Avoid the creation of multiple embryos. Let’s say you’ve taken clomiphene citrate during an unmonitored cycle, followed by a positive pregnancy test. Your HCG levels have skyrocketed. And when you go for your first ultrasound, the doctor visualizes seven embryos on the screen. Now you face an agonizing decision: should you abort some of the babies in hopes that the others will have a better chance of being born healthy (not to mention minimizing the risk to your own body)? That is what most medical teams would recommend.

Two couples who profess faith in Christ have faced similar situations—one the parents of octuplets (one of whom died) and the other the parents of septuplets. Their difficult choices to carry their children to term rather than taking human life in utero have demonstrated that "it can be done." Yet the best ethical solution here is to avoid getting into this situation! Don’t let the number of mature follicles come as a surprise after conception. And certainly avoid the mentality that says, "We’ll take the risk because we can always reduce later if we get too many."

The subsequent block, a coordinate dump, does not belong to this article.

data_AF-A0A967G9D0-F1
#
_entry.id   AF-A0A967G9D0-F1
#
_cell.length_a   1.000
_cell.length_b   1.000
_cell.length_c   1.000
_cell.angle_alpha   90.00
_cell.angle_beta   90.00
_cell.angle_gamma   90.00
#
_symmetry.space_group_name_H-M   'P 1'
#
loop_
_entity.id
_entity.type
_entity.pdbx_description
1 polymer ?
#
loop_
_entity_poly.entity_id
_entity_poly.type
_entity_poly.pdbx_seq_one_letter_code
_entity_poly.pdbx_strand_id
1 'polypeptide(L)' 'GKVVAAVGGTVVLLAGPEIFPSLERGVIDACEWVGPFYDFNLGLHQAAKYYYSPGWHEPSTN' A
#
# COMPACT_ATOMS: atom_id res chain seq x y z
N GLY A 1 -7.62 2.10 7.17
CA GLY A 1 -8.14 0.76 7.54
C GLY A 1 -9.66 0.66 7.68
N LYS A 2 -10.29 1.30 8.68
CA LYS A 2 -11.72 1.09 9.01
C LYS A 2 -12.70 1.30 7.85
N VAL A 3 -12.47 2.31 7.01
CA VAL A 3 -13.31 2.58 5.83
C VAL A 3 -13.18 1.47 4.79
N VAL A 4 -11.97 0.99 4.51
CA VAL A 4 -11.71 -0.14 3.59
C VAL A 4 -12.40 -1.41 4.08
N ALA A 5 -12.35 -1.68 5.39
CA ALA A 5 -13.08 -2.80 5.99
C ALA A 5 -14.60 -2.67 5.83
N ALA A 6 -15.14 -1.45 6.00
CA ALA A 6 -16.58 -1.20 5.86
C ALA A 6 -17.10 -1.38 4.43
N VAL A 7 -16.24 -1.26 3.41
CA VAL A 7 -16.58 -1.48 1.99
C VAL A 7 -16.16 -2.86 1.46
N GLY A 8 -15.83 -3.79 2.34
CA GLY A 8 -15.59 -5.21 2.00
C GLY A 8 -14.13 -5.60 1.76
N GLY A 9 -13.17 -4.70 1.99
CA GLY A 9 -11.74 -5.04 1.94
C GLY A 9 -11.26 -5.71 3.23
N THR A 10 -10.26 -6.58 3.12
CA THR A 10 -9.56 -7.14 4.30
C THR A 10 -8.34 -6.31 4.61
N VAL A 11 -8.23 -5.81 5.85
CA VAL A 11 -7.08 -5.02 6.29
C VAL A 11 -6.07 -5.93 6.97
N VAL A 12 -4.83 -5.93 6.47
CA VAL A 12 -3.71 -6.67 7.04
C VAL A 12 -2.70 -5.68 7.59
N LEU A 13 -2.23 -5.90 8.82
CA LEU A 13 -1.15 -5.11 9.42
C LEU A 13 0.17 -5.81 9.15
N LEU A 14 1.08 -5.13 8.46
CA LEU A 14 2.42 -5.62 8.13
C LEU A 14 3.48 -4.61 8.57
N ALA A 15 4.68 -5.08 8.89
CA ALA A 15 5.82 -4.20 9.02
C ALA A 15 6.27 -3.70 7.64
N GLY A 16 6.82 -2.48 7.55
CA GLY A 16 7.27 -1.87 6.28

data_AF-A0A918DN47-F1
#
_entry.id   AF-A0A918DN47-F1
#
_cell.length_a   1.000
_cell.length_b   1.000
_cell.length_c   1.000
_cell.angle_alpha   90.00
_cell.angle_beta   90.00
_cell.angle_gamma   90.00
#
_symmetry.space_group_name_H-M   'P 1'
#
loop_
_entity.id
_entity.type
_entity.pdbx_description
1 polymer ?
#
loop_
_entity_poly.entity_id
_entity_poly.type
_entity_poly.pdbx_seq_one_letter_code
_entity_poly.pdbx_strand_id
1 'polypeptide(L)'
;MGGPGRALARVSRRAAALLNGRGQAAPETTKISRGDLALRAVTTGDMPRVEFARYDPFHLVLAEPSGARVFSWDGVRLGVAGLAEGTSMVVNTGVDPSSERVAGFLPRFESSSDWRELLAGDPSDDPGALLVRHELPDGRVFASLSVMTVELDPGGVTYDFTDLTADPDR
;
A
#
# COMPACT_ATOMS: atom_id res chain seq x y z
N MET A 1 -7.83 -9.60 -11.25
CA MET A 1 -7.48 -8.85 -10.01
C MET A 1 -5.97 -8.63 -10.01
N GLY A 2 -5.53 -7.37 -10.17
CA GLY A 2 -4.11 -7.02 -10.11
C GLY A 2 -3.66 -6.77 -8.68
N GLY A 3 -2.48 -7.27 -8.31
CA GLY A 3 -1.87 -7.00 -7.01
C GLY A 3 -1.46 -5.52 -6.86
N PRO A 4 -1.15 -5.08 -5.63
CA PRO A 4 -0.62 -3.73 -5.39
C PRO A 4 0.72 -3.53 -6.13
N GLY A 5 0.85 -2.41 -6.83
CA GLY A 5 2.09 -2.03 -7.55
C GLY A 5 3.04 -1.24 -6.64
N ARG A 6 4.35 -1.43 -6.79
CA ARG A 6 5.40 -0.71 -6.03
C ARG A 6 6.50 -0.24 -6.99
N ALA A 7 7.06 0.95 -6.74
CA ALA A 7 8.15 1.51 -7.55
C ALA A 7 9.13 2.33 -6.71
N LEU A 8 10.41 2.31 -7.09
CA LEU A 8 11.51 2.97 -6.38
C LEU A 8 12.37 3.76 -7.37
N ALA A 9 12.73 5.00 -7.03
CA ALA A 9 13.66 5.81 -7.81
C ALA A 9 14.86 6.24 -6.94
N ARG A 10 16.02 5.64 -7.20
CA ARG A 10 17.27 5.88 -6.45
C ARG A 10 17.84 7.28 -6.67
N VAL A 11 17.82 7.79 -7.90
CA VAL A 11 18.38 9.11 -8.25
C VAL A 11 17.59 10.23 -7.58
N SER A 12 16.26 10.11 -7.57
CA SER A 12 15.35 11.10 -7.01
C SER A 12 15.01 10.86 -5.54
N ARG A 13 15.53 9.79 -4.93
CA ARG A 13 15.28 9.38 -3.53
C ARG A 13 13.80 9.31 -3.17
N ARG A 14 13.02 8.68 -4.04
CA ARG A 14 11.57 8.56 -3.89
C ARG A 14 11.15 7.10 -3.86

Though about 37 percent of births using advanced reproductive technologies (ART) are multiples (31 percent twins, 6 percent triplets or more), in vitro fertilization actually allows for more precise management of the number of eggs fertilized. After the doctor aspirates the mature eggs from the follicles, each is placed in its own petri dish. Thus, it’s relatively easy to limit the number of embryos created by directing your medical team to expose only the number of eggs to sperm that you can safely carry to term in that cycle in the event that all embryos implant.

Couples may find themselves facing enormous dilemmas if they do not consider the ethical ramifications of their choices ahead of time and choose accordingly. Imagine being in the situation this patient described:

I was shocked when our doctor aspirated more than thirty eggs from my ovaries and exposed them all to sperm.

Avoid multiple embryo transfers. The couple suddenly faced with multiple embryos in the IVF lab (and this should never come as a surprise!) has little choice but to ask the doctor to transfer several embryos to the wife’s uterus and cryopreserve the rest. Yet it’s best to avoid cryopreservation. The freeze/thaw process is hard on sperm because many of them die; the same is true with eggs. Based on embryo survival rates, it appears that the freeze/thaw process is hard on embryos, too.